Sympetrum illotum

Cardinal Meadowhawk is the common red-bodied meadowhawk in Monterey County. Males perch low over or adjacent to still or slow-moving water at ponds, canals, and small open streams. The eyes are red to go with an orange-red face, and they often perch expectantly, wings bowed forward, ready to launch at any moment.

Here are a male and a female in similar poses. Both sexes have uniformly colored abdomens: all-red in the males and all-brown in females. There are a number of other species of meadowhawks with red abdomens, including Red-veined which is rare here, but Variegated Meadowhawk has a pattern of colored dots on the abdomen. Note the orange wash to the base of the wings, more apparent on the male, that includes not only the forewing but also washes across the base of hind portion of each wing.
When a female visits the male's territory, he chases her down for copulation and ten ovipositing. The photo below shows a pair in tandem, with the female ovipositing by tapping the surface of the rivulet rapidly.
With good views, a good character on both sexes is the presence of two white elongated spots on the thorax. See how apparent they can be on this photo of a male (below). These spots are often hidden by the wings, especially when the wings are held forward, but their presence will rule out the possibility of something much rarer.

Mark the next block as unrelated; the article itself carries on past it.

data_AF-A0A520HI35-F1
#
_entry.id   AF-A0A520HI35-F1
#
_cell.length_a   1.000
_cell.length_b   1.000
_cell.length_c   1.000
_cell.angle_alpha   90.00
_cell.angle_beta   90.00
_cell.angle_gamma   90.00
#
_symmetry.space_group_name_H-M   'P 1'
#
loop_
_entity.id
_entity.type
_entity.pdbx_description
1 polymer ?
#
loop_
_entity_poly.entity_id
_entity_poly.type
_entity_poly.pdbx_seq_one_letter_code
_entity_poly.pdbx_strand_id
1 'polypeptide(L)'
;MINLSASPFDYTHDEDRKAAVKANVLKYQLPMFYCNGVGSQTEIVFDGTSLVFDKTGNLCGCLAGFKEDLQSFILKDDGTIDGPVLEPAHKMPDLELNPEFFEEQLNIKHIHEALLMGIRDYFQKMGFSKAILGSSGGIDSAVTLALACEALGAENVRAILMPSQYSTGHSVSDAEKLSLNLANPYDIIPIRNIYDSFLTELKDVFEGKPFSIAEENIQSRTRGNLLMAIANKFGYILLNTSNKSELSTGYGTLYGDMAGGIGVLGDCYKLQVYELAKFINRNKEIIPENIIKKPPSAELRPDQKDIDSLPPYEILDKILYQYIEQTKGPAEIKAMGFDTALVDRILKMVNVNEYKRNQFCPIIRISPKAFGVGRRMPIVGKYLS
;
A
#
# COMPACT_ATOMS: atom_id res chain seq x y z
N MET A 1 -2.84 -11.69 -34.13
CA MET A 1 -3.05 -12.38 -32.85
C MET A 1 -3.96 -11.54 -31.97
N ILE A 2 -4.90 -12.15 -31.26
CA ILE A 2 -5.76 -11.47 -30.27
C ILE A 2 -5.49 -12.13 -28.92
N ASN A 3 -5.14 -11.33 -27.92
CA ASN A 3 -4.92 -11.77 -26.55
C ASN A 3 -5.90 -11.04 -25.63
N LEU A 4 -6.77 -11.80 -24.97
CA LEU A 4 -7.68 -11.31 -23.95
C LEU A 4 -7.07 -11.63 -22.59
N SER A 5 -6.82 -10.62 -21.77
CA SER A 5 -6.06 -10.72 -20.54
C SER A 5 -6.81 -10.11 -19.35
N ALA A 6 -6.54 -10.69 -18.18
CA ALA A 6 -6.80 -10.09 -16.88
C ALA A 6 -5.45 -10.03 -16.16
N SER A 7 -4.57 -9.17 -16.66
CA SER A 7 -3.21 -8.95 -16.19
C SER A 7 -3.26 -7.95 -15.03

Sometimes, as in the view below, the wings are held far forward and obscure the thorax and the face.
But we'll use this view to illustrate another point. Look at the set of cells in the wing venation that are outlined in blue. These are the cells between the radial sector and the radial planate, and in this species [Cardinal Meadowhawk] there is just a single row of cells. On Red-veined Meadowhawk, much rarer in MTY, the middle part of the outlined set of cells have a two rows of cells. This, and other i.d. characters, are discussed in more detail in Manolis (2002).
Cardinal Meadowhawk has been encountered in MTY between February-September [extreme dates 2 Feb-12 Sep] at ponds and streams widely distributed in the lowlands and foothills [sea level to 1600' elev.]. The peak dates seems to be about April-August. The map shows a selection of known sites where the species has been recorded. It is likely present, in season, in suitable habitat anywhere in the county. In California, although primarily a foothill species, it has been found upslope to 7000' elev. Its flight season is generally March-October, although there are winter records from southern California (Manolis 2002).
Literature cited:
Manolis, T. 2003. Dragonflies and Damselflies of California. Calif. Natural Hist. Guide 72. Univ. of Calif., Berkeley, CA.
PHOTOS: All photos are © 2006 Don Roberson; all rights reserved.






Page created 14 Aug 2006